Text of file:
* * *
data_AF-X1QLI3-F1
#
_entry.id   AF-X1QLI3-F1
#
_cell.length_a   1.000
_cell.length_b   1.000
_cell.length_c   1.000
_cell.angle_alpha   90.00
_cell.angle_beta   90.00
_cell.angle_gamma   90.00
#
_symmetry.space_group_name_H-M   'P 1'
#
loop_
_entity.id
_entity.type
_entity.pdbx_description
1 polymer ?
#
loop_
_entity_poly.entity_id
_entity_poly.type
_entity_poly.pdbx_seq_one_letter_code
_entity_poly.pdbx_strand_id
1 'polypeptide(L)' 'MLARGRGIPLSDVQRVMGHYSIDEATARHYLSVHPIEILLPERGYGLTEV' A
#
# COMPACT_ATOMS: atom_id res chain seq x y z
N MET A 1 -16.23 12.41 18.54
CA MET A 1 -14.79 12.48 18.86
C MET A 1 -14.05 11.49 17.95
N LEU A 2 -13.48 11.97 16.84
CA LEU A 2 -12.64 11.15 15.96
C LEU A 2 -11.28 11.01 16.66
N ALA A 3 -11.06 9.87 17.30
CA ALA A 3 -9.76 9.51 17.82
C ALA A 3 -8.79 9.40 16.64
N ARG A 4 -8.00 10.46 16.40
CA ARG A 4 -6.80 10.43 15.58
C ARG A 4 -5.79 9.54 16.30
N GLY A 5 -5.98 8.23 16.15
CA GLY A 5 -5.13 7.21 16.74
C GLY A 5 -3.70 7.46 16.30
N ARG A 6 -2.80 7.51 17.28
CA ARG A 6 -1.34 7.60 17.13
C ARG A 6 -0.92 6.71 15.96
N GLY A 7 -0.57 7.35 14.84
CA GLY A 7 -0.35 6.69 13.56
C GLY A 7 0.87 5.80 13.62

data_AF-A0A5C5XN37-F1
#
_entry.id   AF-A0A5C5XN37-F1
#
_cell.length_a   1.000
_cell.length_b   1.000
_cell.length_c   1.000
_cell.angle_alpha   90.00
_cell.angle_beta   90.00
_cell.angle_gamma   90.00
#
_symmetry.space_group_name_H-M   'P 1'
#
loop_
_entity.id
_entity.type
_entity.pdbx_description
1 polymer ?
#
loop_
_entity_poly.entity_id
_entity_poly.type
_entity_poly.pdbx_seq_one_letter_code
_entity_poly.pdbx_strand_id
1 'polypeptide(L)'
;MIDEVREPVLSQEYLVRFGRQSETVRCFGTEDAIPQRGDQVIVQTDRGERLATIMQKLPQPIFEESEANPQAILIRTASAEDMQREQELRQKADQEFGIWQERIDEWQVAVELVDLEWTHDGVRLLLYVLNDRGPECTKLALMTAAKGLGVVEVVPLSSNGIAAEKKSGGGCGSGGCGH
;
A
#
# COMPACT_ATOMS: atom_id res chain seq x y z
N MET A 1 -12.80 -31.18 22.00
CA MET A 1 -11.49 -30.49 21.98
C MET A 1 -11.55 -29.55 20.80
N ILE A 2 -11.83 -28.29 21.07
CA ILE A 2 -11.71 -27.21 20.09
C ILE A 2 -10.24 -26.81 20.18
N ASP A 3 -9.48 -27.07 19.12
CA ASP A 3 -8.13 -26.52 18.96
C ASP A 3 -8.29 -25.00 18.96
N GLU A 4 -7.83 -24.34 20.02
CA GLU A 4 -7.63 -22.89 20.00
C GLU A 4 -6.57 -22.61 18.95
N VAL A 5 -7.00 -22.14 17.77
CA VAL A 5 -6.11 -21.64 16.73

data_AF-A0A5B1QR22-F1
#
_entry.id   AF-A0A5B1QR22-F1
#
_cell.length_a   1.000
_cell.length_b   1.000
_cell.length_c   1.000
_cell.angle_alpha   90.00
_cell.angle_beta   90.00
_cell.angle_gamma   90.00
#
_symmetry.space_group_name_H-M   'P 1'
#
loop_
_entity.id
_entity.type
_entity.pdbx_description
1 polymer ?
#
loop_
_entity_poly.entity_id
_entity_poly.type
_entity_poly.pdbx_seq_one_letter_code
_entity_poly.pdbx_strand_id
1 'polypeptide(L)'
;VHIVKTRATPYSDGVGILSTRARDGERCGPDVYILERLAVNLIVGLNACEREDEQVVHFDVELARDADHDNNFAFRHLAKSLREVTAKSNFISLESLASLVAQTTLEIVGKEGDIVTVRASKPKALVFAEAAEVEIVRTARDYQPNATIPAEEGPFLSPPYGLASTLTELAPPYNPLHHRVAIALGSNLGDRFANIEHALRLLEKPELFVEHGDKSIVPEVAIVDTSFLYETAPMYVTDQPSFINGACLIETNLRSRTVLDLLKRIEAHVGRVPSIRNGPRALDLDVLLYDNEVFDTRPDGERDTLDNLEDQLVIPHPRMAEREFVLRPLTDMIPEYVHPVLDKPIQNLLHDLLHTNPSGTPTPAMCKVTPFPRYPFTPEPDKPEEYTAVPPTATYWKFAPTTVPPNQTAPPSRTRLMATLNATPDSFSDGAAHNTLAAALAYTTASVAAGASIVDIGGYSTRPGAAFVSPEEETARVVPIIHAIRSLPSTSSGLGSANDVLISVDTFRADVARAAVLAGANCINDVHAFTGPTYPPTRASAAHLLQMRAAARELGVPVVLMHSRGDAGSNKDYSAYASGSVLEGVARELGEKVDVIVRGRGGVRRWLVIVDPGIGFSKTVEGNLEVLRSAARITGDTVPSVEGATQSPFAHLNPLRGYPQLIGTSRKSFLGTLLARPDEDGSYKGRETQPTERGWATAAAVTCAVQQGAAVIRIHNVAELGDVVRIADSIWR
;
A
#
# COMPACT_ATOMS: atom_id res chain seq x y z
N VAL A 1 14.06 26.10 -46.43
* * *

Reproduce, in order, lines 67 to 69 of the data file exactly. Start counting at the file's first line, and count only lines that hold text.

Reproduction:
#
loop_
_entity_poly.entity_id